I just canceled my order for a Chromebook Pixel. My plan had been to get in line with an order last week and then come to a designated Best Buy in Manhattan to put my hands on the real machine and confirm my desire. I just walked across town to one of only two stores in New York where Google promised that we could see the machine -- one of only 11 stores in the entire country. I have to go searching around for the Chromebook and finally ask a guy, who shows me to an empty shelf. "Oh, no," he says, "Google won't let us lock down the Chromebook without the Google rep here." When's the Google rep coming? Shrug. "They don't tell us." I call the only other designated Pixel showcase store in Manhattan. No Google rep there. The guy who answered the phone thought he came only on weekends.
Google: You'd better get your retail act together. The Pixel is a hellofalota money. Kevin Marks said in a tweet last week that a Googler said I was the ideal customer for the thing (being a fanboy, I suppose). But even I want to make sure before spending $1,500 that essentially does what the computers I already own already do.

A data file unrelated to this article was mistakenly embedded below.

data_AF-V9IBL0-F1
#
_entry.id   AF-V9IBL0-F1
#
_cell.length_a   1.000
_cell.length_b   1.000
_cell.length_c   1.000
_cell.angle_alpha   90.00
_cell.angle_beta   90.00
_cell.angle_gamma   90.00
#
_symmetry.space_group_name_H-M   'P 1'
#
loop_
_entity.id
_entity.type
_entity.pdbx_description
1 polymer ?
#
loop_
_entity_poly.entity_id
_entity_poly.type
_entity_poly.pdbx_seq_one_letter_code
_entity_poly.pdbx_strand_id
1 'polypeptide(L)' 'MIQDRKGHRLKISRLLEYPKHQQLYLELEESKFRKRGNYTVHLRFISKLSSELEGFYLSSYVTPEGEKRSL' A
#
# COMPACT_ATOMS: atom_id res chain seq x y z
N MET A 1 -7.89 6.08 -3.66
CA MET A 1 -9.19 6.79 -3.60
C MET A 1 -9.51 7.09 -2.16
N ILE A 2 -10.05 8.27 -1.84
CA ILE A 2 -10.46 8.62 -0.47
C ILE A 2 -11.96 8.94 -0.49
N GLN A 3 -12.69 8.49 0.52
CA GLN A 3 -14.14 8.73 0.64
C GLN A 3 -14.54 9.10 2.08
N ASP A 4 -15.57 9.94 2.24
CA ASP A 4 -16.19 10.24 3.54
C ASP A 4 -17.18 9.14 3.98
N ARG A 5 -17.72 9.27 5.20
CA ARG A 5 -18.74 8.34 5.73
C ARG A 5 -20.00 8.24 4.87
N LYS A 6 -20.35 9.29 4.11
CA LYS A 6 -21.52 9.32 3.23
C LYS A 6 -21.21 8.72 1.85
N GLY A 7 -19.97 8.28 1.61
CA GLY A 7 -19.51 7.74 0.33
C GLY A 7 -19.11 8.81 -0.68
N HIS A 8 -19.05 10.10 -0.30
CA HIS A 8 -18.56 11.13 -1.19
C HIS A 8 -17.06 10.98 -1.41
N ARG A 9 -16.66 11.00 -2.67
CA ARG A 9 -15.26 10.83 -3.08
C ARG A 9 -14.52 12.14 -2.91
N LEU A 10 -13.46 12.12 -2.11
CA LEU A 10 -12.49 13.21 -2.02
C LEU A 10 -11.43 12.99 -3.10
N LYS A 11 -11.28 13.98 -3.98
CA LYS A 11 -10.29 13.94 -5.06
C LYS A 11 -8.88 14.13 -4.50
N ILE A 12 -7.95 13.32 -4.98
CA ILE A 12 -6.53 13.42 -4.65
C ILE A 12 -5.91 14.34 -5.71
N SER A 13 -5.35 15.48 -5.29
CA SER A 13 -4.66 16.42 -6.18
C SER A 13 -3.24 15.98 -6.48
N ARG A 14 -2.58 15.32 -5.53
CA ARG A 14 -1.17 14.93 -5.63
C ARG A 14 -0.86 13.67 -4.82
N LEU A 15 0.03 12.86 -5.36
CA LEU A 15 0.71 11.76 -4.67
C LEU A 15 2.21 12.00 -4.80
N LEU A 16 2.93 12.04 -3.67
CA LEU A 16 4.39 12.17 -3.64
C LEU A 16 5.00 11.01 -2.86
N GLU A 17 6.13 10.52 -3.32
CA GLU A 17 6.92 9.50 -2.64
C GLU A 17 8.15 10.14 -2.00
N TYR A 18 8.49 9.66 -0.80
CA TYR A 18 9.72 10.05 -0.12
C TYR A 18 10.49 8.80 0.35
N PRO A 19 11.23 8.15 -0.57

Google has been spending a fortune for months buying end-cap displays for the old Chromebooks in many Best Buys (many more than 11) and staffing them with reps with no merchandise to sell. Now they have merchandise and promise to show it but then they don't bother staffing with a rep and don't trust Best Buy to at least put the thing on display. Garg.
Word has it that Google may be opening its own retail outlets, where I assume they won't so much sell hardware as sell Google services, leading people to the hardware. They'd better have product to show. They'd better have reliable staffing.
I'll go to Best Buy when it's convenient for me. If I get to see a Pixel, I may put my order back in. Or not.